http://www.amazon.com/Inmans-War-Soldiers-Colored-Battalion/dp/155778860X/ref=sr_1_1?ie=UTF8&s=books&qid=1267684328&sr=1-1
References
The above information was obtained from the following:
(1) The World War II Honor List of Dead and Missing Army and Army Air Forces Personnel was created by the War Department, the Adjutant General's Office, Administrative Services Division, Strength Accounting Branch. The original records are held at the Modern Military records LICON, Textural Services Division (NWCTM), National Archives at College Park, Maryland. The records are available online at http://www.archives.gov/.

The documents contain the latest and most complete information available of all Army and Army Air Force personnel who were killed or died, or became and remained missing, between the President's declaration of unlimited national emergency on May 27, 1941 and the cut-off date of this report, January 31, 1946. This document includes both battle and nonbattle dead and missing.
The type of casualty is indicated by the following:
    * KIA - Killed in Action. This is an individual who was killed in action at the front, by enemy action in the rear, or if a prisoner of war.
    * DOW - Died of Wounds. This is an individual was who wounded and later died.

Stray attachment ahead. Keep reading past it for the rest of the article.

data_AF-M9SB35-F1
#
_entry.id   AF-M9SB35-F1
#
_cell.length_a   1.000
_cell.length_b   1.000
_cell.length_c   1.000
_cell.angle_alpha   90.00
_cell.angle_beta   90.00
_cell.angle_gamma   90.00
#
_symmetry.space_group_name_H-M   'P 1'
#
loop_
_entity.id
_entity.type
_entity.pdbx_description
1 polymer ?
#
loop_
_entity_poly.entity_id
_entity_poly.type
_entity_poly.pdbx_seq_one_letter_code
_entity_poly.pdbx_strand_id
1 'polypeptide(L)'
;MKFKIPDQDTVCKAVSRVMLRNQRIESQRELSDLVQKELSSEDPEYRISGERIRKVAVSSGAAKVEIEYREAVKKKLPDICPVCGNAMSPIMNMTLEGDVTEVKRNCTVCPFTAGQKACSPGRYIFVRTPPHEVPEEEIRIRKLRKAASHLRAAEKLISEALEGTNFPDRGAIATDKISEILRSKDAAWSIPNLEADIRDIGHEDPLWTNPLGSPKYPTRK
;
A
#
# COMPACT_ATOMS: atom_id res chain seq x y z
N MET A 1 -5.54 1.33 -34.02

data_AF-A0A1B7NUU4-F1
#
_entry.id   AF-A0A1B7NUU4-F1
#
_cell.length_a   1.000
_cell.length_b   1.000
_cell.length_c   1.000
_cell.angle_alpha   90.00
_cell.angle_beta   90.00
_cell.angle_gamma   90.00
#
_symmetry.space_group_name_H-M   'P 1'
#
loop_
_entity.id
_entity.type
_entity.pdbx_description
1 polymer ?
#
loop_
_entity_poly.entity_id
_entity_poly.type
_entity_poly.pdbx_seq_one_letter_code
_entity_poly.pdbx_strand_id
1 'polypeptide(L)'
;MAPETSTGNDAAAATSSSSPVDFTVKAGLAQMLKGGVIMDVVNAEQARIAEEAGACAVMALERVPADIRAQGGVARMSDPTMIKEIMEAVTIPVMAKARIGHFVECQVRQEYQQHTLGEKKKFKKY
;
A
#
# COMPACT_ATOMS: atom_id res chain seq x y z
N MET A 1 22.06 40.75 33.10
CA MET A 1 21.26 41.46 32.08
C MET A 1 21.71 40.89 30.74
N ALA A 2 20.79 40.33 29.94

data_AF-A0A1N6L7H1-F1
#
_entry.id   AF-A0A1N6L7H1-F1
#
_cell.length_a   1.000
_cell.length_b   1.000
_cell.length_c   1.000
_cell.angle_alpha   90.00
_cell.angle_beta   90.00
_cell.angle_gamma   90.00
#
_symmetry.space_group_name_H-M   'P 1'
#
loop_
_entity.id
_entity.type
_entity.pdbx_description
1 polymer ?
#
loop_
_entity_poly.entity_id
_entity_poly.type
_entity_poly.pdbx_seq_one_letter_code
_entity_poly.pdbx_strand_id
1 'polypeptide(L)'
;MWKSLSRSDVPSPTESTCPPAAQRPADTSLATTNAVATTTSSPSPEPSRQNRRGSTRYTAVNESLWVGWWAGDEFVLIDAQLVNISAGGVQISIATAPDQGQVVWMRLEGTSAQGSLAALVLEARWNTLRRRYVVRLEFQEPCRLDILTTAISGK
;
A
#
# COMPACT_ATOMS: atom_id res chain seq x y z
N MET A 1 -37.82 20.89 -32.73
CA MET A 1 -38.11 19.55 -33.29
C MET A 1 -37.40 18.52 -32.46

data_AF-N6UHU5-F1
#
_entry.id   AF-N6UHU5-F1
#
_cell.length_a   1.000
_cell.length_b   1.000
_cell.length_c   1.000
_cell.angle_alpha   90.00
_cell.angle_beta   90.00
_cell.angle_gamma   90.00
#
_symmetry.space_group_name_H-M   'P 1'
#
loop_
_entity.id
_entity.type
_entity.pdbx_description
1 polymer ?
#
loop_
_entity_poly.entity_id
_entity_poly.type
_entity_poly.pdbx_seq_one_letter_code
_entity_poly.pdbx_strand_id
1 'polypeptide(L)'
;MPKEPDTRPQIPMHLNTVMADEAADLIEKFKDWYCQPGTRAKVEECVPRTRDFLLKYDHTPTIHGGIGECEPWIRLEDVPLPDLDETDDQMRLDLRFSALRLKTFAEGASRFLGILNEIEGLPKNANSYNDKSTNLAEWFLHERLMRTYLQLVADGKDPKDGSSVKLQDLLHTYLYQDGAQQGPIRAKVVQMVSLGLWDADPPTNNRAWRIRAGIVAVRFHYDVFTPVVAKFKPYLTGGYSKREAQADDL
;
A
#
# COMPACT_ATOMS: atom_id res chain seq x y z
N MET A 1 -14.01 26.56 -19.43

* DOI - This is an individual who suffered fatal battle injuries and died in a line of duty status.
    *DNB - Died Nonbattle. This is an individual who died in a line of duty death, such as from sickness, homicide, suicide, or accidents outside of combat areas (training).
    *M - Missing. This is an individual who is reported as missing and later was determined to be dead.
    *FOD - Finding of Death. Findings of death fall within Public Law 490 and its amendments and are made when there is either conclusive proof that the person is dead or equally overwhelming evidence that under the circumstances the person could not have remained alive.
This document only contains the names of those individuals who died in the line of duty status. Those individuals who were not in the line of duty at the time of their death are not listed in this document.

(2) The American Battle Monuments Commission was established in 1923 to commemorate the service, achievements, and sacrifice of US Armed Forces. There are 24 overseas cemeteries that serve as the final resting places for almost 125,000 American war dead. The servicemen and women are listed on tablets of the missing that memorialize these men and women. These records can be found online at http://www.abmc.gov/home.php. The gravesite photo above was obtained from the American Battle Monuments Commission in Arlington, VA.

(3) The Alan Review has a review by William Broz of "Inman's War." This review can be found online at http://scholar.lib.vt.edu/ejournals/ALAN/v35n1/pdf/broz.pdf.

(4) The comprehensive list of names from North High's 1893-2021 graduation classes are from Claradell Shedd's North Des Moines High School website. The names of all North High School graduates can be found online at http://www.ndmhs.com/. Inman Lawence Perkins's 1929 class page can be viewed at
http://www.ndmhs.com/pages/yearclass1929.html.
Died: June 17, 1944; Italy; Nonbattle
Music: "You Raise Me Up"